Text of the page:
If you’ve ever looked at legislation, you will see a section at the top titled “Definitions” such as this example from the Health Insurance Portability and Accountability Act of 1996:


In contrast, nowhere in the Minor decision is there anything labeled a definition. The text relied on by Apuzzo from Minor says:

The Constitution does not in words say who shall be natural-born citizens. Resort must be had elsewhere to ascertain that. At common law, with the nomenclature of which the framers of the Constitution were familiar, it was never doubted that all children born in a country of parents who were its citizens became themselves, upon their birth, citizens also. These were natives or natural-born citizens, as distinguished from aliens or foreigners. Some authorities go further and include as citizens children born within the jurisdiction without reference to the citizenship of their parents. As to this class there have been doubts, but never as to the first. For the purposes of this case, it is not necessary to solve these doubts. It is sufficient for everything we have now to consider that all children born of citizen parents within the jurisdiction are themselves citizens.

This is about as un-definition-like as I could imagine, talking about some authorities saying one thing and others saying something else, about doubts, and the non-necessity of deciding certain situations. In the Minor case, it was only necessary for the court to determine the citizenship of Virginia Minor, and that’s as far as they went. They did not define “natural born citizen”.

If Minor is not providing a definition (and I have no doubt that it is not), Apuzzo trying to use it as a definition is the fallacy of denying the antecedent. The formal fallacy is symbolized:

  • P –> Q
  • not P: therefore not Q

It’s like saying:

  • The people who own 100,000 share of Microsoft the the very rich.
  • Warren Buffett does not own 100,000 shares of Microsoft; therefore he is not very rich.

Of course, normal people already understand this and Birthers probably never will.


The occasional open thread: Leap Day edition

Did you realize that every time there’s a US presidential election, the year has an extra day? That day is today, February 29, 2012.

Place your comments not related to the open articles here. This discussion will close in two weeks.

Speaking of elections, here’s a new case for your iPhone 4. Just print it, cut out the black area and tape it on.

Obama campaign iPhone 4 case


Rules of Interpretation and Construction

I want to thank a commenter very early in this blog’s history for pointing me to the “No Points” video. I was reminded of one bit of it when reading Mario Apuzzo’s Brief in the Pennsylvania ballot challenge by Kerchner and Laudenslager. It goes:

Everyone in this room is dumber for having listened to it.

It was apparent that the Brief was not intended for the court – it was intended for the public. A good example of this is the section titled “Rules of Interpretation and Construction.” No judge needs to have interpretation and construction explained to him. Indeed there are no hard and fast “rules” of interpretation and construction1. There are general principles and maxims, but not rules (a lawyer told me that). Leo Donofrio, and now Mario Apuzzo have undertook to “reeducate” the public in their own unconventional methods of how laws are interpreted and constructed so as to make other parts of their unconventional arguments sound better.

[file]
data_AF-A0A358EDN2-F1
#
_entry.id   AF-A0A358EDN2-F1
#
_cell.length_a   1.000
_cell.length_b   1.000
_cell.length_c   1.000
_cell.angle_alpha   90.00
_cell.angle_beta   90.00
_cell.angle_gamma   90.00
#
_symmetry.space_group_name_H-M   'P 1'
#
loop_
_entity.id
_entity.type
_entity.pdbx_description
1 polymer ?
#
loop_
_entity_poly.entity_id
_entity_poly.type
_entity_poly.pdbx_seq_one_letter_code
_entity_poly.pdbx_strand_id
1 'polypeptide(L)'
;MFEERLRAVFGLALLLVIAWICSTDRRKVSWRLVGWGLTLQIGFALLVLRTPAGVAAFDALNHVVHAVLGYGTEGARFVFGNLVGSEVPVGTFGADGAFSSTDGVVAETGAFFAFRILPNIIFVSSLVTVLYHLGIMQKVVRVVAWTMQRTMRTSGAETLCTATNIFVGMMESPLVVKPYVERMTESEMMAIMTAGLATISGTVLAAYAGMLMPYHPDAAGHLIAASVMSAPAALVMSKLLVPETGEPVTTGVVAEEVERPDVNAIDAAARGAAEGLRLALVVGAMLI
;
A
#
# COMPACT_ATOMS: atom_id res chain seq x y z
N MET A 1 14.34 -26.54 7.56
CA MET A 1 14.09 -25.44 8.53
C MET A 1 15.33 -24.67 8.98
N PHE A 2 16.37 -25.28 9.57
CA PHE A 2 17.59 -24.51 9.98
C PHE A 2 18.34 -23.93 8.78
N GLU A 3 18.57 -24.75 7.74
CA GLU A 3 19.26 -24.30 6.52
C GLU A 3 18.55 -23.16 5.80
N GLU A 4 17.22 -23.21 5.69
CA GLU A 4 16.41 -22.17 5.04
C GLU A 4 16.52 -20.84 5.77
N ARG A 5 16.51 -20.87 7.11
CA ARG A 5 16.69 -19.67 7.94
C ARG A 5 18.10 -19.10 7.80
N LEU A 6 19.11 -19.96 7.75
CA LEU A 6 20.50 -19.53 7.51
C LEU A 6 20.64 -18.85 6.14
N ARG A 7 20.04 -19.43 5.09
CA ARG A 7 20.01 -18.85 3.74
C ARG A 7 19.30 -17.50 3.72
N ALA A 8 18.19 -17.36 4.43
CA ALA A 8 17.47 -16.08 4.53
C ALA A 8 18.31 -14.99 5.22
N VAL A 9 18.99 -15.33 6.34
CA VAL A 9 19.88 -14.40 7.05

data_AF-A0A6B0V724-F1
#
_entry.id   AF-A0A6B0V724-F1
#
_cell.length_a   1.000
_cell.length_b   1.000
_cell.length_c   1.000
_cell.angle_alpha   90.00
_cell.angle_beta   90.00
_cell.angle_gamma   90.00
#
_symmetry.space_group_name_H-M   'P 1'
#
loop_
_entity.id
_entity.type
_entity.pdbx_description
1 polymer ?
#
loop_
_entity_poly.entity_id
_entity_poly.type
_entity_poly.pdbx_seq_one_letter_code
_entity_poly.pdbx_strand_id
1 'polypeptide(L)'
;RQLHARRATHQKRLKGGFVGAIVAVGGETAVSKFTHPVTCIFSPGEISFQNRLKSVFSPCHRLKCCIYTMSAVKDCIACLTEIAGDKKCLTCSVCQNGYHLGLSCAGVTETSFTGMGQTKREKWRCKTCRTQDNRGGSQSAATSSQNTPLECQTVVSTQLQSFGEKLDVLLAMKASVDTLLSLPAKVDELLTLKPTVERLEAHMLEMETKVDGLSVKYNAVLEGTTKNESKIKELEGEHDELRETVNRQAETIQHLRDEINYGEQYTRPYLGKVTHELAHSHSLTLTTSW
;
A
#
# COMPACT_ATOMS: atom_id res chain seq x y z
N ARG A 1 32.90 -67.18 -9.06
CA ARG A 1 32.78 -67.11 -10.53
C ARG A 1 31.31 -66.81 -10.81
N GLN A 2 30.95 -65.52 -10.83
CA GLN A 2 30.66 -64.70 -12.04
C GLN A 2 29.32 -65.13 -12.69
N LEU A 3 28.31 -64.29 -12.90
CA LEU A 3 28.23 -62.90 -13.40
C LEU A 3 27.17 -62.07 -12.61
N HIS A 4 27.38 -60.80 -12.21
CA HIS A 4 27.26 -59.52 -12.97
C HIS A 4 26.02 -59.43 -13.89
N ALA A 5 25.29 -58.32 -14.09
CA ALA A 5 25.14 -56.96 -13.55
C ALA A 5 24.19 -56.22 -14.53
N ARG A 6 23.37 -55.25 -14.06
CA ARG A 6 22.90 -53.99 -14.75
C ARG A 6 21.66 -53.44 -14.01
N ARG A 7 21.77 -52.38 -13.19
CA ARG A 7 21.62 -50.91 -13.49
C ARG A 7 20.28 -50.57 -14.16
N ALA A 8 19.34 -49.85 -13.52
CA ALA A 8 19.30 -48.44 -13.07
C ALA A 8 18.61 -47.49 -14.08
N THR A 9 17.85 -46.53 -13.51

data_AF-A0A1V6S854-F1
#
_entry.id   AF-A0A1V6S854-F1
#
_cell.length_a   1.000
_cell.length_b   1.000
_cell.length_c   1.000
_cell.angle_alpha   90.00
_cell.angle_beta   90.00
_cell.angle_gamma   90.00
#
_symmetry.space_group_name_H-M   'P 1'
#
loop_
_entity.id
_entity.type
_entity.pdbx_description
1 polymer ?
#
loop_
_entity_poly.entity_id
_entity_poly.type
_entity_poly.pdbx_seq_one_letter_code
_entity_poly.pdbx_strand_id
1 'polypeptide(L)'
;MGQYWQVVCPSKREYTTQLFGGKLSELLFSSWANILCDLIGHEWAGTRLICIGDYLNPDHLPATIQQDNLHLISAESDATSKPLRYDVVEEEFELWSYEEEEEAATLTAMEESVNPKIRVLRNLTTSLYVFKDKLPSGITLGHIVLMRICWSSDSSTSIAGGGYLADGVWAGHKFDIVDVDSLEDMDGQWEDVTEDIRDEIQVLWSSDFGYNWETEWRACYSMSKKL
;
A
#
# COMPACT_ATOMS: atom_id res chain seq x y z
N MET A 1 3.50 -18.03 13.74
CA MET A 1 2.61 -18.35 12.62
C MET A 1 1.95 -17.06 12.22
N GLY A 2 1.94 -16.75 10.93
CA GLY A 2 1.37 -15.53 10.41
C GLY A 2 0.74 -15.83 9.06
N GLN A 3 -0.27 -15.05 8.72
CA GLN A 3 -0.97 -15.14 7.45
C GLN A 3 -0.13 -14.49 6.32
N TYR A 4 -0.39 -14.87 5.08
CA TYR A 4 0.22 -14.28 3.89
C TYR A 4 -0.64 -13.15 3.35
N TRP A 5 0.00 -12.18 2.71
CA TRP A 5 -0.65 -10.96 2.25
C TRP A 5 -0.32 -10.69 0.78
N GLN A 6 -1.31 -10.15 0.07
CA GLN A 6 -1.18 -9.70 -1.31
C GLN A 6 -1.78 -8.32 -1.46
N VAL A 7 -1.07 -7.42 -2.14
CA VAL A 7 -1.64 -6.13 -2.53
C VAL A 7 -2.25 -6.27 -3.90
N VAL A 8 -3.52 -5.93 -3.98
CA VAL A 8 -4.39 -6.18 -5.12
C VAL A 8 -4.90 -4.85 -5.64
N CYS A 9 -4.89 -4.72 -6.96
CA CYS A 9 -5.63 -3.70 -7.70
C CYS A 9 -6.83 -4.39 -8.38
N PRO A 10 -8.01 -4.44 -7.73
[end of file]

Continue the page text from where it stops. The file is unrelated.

No one with a legal education is going to buy any of this for a moment, and so I conclude that the Brief is not for the Court but is rather a publicity stunt in the guise of a lawsuit (as are many birther lawsuits).  After all, Kerchner is the same guy who takes out half-page advertisements in the Washington Times newspaper to sell his theories. This ballot challenge is just another marketing tool. Kerchner isn’t even eligible to file a real challenge in Pennsylvania according to Obama’s attorney.

Anyone who naively reads the Brief will be dumber for having listened to it.

However, no bait and switch with the article’s title this time. If you would like to learn about statutory interpretation, I can think of no better place to go than the Congressional Research Service’s report for use by the Congress that actually constructs those statutes. Here is the report: “Statutory Interpretation: General Principles and Recent Trends” (August 31, 2008) by Legislative Attorney Yule Kim of the American Law Division:

Continue Reading →


Apuzzo v. Lavelle

The battle in Pennsylvania is joined. On one corner Mario Apuzzo and Karen Kiefer for Kerchner/Laudenslager; and  in the other John P. Lavelle, Jr. for President Obama.

Briefs were flying today from both sides. (Check my Pennsylvania page for updates.)

The President’s side is giving no quarter, opposing Mario Apuzzo’s admission pro hac vice. Jablonski didn’t even challenge Orly Taitz in Georgia! This looks like a no-holds-barred battle with no empty chairs.

Update 3:

I’ve finished reading the Obama memos, and in particular the Motion to Strike and Dismiss. I must say that it looks to me like this case will be dismissed right out of the gate without any necessity to reach the question of President Obama’s actual eligibility.

The cute thing is that Lavelle argued that in Pennsylvania a candidate’s nominating petition can only be challenged by members of his own party. Kerchner is a registered Republican and Laudenslager switched from Republican to Democrat after the deadline for filing a challenge had passed. Oops!

Lavelle declares that challengers totally wrong in their claim that Obama submitted any document in Pennsylvania declaring himself eligible and so the court can as a matter of law cannot find any defect relating to a claim that is is not eligible. Lavelle further argues that since there is no valid allegation of a defect in the nominating papers, the court could only make some general ruling on the candidates eligibility which state courts are not constitutionally able to do, the sole responsibility for presidential eligibility lying with the Congress.

And finally Lavelle argues that Obama is eligible anyway and it was interesting that he cited the very three cases, Ankeny, Farrar and Tisdale, that just this morning I added to the Wikipedia article on the Natural-born-citizen clause of the U.S. Constitution. I was pleased to know that I hadn’t missed something important. I didn’t look to see of the quotations were identical, but they were independently selected.